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Marijuana Advocates Worried If Jeff Sessions Named Attorney General

SACRAMENTO (CBS13) — There are different reactions from people on either side of the marijuana debate after President-elect Donald Trump tapped Alabama Sen. Jeff Sessions as the US Attorney General.

"Absolutely thrilled," said one woman.

"I was horrified," said another.

Supporters and opponents of marijuana legalization woke up to the news on Friday. Alabama Sen. Jeff Sessions is Donald Trump's choice as the nation's top law enforcement official.

"I think this is the only hope we have," said Carla Lowe.

She is the founder of Citizens Against Legalization of Marijuana. She's been fighting the war on drugs for decades and would like to see federal law prevail.

"He has said this [marijuana] is not good. It's not good for our children, it's not good for our communities, it's not good for our environment," explained Lowe.

Sen. Sessions has previously expressed his dislike for marijuana.

"Good People don't smoke marijuana," he stated during a Senate Caucus of International Narcotics Control meeting.

Some in the cannabis industry fear he might act if given the opportunity.

"This is serious business," said Marcia Blount.

She works with several organizations in favor of loosening marijuana regulations. Blount says Sen. Sessions is a nightmare pick that could set marijuana legislation back decades.

"We are all afraid," said Blount.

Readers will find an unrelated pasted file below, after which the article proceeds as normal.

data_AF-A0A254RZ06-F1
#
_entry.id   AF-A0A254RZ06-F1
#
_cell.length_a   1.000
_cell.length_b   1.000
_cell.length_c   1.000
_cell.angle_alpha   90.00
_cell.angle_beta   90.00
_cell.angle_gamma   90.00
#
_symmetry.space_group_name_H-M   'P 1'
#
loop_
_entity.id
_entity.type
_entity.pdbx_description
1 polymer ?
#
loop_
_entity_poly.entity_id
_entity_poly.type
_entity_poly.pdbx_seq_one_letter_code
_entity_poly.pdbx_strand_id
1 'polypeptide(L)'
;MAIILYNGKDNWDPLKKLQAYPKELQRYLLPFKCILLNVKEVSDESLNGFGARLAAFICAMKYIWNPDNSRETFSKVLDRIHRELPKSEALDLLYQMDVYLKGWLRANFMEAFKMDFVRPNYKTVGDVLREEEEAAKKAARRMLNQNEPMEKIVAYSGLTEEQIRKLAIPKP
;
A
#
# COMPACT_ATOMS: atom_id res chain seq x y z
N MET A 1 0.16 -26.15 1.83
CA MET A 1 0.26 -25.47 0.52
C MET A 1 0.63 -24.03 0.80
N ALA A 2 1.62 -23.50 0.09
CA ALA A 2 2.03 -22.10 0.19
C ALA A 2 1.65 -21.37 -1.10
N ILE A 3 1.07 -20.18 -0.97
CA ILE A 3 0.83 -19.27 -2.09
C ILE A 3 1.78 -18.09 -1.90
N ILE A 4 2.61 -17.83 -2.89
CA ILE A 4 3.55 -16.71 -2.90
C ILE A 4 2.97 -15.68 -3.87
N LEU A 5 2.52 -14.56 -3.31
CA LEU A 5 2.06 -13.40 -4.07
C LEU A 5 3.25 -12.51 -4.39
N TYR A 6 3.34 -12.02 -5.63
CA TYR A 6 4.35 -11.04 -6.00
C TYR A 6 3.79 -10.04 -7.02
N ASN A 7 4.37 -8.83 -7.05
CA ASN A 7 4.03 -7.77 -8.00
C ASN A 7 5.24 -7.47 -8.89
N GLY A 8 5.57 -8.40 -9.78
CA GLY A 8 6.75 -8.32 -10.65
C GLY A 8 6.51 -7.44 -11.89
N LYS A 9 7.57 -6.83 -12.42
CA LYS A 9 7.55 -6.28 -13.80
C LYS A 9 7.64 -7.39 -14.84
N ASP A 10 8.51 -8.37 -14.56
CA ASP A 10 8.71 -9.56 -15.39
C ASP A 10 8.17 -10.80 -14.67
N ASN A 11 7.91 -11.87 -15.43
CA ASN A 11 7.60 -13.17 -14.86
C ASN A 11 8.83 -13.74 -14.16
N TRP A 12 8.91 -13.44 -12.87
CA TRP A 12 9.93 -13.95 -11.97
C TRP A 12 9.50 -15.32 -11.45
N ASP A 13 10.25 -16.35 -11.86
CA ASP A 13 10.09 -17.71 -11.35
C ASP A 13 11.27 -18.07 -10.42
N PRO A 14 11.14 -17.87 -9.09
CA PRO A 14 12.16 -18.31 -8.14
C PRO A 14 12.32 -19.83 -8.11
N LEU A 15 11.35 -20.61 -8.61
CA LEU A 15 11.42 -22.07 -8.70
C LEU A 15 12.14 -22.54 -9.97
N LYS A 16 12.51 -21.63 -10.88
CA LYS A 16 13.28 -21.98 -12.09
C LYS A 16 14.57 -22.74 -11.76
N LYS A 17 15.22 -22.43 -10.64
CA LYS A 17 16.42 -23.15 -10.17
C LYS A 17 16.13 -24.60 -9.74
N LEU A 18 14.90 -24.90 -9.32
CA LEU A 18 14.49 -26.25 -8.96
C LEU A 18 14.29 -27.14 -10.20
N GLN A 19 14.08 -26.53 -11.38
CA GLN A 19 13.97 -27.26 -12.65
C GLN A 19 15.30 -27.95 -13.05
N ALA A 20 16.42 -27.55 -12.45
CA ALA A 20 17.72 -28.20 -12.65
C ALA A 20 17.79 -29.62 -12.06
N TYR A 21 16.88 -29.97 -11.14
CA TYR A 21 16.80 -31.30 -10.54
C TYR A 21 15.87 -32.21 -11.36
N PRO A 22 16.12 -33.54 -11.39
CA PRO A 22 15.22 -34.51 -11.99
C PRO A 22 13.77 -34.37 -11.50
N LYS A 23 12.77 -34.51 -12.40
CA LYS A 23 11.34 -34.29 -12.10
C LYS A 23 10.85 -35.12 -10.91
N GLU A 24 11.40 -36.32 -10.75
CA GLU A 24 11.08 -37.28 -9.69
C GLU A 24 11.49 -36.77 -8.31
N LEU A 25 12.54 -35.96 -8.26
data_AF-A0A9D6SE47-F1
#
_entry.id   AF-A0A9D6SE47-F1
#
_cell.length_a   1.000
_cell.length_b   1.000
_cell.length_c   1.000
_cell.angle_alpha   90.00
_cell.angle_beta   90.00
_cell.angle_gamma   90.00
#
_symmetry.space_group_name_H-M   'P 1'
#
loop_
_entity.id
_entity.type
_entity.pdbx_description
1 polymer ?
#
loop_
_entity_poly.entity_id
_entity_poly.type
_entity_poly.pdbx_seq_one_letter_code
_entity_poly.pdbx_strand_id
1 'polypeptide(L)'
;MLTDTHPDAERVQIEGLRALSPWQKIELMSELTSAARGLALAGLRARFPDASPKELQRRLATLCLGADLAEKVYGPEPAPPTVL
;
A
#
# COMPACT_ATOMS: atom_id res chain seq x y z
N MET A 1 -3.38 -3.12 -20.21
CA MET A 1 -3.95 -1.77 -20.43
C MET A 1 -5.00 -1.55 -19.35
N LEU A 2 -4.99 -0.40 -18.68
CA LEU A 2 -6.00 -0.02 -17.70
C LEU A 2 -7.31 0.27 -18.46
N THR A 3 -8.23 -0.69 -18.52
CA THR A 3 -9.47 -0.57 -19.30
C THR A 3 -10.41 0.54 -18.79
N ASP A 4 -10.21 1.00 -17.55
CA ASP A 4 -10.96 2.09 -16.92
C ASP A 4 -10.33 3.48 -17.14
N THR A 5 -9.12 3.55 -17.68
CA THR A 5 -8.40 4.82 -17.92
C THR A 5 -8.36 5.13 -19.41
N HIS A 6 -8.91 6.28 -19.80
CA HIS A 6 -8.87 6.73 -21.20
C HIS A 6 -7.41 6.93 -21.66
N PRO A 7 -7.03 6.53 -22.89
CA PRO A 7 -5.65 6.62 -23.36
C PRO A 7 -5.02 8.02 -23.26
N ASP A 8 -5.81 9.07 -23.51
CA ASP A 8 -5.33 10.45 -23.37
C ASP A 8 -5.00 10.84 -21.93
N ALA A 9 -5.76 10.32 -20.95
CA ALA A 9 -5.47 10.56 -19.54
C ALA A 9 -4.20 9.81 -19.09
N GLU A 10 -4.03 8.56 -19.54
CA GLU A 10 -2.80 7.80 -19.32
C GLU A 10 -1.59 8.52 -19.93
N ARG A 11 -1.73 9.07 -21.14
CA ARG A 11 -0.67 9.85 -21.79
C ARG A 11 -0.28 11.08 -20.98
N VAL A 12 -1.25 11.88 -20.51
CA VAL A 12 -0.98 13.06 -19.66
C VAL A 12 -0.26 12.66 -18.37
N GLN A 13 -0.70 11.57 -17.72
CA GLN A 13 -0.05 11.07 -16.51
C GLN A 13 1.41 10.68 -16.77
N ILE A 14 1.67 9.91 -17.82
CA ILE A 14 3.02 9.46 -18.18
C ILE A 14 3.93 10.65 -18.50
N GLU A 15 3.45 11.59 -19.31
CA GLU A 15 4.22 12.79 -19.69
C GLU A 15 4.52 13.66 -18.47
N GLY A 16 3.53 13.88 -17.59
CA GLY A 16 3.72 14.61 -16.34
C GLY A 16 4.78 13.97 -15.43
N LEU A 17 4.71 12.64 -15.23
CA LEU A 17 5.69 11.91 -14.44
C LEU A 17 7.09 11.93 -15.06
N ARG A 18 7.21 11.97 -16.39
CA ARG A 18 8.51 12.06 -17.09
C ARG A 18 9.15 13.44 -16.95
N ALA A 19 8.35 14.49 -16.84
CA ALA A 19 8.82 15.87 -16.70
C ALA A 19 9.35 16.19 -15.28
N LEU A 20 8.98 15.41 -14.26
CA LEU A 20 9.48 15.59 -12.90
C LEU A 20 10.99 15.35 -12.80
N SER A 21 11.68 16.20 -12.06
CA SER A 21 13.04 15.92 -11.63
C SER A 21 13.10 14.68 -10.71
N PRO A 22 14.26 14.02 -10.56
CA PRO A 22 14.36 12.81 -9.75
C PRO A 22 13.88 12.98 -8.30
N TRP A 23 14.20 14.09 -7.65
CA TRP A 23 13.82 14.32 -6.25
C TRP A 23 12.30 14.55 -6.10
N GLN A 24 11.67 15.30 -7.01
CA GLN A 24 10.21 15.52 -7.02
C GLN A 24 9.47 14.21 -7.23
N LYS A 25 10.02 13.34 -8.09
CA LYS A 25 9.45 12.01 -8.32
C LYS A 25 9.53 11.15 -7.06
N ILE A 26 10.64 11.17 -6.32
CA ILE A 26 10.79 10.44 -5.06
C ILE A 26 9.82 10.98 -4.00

But there is some hope for marijuana supporters. Sen. Sessions and President-elect Trump may not exactly see eye-to-eye on the marijuana issue.

"Trump in the past has said he would leave it up to the states. I was going to take him at his word," said Blount.

If Trumps administration were to act on marijuana they may have to fight more than half the country.
28 States have some form of marijuana legalization on the books.

Organizations in California say they're focused on the immediate.

Lori Ajax with the Bureau of Marijuana Control wrote "Right now, our primary focus is developing the licensing and enforcement regulatory framework for medical and adult use cannabis. It's too soon to tell what impact, if any, this appointment will have on the mission we're trying to achieve."

Others in the industry, including Nate Bradley with the California Cannabis Industry Association wrote " President –elect Trump has stated that cannabis regulation is best left to states to decide. Given that voters in numerous states have already weighed in on this issue, we expect that trend to continue."

The job isn't Sessions' yet. He must be confirmed by the Senate.

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